We’re hearing too much ungrounded exuberance, too many excessive claims, too many ungounded predictions about O-I. And saying that market conditions will force business to go Outside-In  ignores history. Let’s face it straight up. O-I will succede if we make it sufficiently attractive to companies, not because the market “forces” companies to go O-I. And accomplishing this will require much more from the O-I community than the community’s yet prepared to give.

We’re changing market phases now from “Innovators” to “Early Adopters.” To get there, we have to do more than prosletyzing the O-I concept. And to reach some of the penetration levels O-I aspires to, we’re going to have to move on to “Early Majority” clients – which will require an execution level the movement’s not yet close to.

To get O-I into the meat of the marketplace, I believe we have to accomplish four, difficult tasks:

1. Do it right:  Migrating from inside out to Outside-In is a three-step journey: a.) aligning strategy to customers (which requires finely honed planning skills); b.) aligning process to strategy (which we’re best at); and c.) aligning technology to process (which the movement often ignores). Sure we can accomplish quick wins with process change or a customer experience initiative – provided the company already leans O-I, like Best-Buy, Fed-X, Trader Joe’s and USAA . But delivering Outside-In enterprise-wide, to its fullest capabilities requires all three alignment elements, not just one.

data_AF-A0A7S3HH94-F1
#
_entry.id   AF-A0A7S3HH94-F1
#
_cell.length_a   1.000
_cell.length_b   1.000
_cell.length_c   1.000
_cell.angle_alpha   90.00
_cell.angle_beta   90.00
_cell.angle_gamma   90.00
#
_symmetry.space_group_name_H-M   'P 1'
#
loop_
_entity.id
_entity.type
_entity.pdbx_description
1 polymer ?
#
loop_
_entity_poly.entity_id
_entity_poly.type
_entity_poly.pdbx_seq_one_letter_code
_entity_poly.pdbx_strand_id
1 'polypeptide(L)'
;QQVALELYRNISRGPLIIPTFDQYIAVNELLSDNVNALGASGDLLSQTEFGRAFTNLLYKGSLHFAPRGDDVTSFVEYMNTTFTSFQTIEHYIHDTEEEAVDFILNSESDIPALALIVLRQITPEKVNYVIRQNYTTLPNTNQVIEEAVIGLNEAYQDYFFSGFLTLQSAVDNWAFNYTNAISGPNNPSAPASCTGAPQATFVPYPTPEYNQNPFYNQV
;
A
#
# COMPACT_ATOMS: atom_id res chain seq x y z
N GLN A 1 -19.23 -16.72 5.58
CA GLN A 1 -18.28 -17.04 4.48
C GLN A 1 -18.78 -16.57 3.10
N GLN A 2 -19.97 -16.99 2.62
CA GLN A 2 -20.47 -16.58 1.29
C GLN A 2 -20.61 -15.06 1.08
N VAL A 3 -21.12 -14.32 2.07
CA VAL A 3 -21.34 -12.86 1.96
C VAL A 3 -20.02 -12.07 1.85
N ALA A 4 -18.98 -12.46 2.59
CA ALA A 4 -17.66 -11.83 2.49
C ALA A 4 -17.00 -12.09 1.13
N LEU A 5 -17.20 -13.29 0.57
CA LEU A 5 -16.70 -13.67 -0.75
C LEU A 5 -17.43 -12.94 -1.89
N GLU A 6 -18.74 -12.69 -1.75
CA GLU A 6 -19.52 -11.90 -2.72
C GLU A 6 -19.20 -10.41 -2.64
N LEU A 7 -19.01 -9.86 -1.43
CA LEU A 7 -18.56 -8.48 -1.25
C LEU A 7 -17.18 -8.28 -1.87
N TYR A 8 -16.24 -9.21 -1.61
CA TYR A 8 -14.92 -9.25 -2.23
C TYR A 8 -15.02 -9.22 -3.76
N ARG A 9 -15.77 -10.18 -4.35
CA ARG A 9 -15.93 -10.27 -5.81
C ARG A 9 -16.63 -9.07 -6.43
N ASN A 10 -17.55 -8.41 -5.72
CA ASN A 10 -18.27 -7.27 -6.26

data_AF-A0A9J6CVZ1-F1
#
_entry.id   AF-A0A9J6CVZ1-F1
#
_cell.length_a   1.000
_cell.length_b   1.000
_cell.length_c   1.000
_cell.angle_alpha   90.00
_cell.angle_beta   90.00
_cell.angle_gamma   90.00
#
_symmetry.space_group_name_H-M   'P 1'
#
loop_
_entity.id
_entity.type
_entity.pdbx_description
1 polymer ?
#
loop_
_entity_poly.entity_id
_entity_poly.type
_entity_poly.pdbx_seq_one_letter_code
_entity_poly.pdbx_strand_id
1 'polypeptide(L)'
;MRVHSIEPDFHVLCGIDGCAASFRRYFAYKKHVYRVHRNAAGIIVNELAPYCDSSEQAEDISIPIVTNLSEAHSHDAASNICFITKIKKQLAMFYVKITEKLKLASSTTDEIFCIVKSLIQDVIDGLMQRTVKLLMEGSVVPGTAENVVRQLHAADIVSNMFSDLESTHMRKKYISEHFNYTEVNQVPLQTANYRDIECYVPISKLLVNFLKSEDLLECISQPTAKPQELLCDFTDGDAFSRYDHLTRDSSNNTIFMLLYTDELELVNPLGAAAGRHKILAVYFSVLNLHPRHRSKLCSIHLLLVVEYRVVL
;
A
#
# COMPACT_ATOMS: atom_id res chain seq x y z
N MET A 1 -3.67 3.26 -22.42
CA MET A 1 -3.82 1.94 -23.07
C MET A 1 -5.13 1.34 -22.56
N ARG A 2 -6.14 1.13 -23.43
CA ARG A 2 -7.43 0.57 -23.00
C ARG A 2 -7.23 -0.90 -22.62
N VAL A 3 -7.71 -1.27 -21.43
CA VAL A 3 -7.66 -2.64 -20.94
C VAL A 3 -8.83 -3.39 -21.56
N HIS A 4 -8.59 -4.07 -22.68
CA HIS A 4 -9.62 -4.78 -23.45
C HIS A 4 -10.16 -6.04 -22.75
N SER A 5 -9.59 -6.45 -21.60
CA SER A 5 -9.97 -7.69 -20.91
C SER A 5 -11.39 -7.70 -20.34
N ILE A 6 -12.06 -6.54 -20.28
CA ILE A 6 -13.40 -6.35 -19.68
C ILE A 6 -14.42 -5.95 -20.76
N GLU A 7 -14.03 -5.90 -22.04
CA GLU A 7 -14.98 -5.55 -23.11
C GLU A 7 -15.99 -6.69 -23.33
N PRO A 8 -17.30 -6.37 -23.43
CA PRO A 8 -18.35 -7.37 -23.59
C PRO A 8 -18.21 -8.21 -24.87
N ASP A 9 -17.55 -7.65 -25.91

2.  Train O-I practitioners across the alignment spectrum:  We have lots of O-I practitioners trained in aligning process to customer strategies. Almost none trained in aligning strategies to customers. And way fewer trained in aligning technology with process. We need to provide training in all aspects of O-I. We’re not doing it.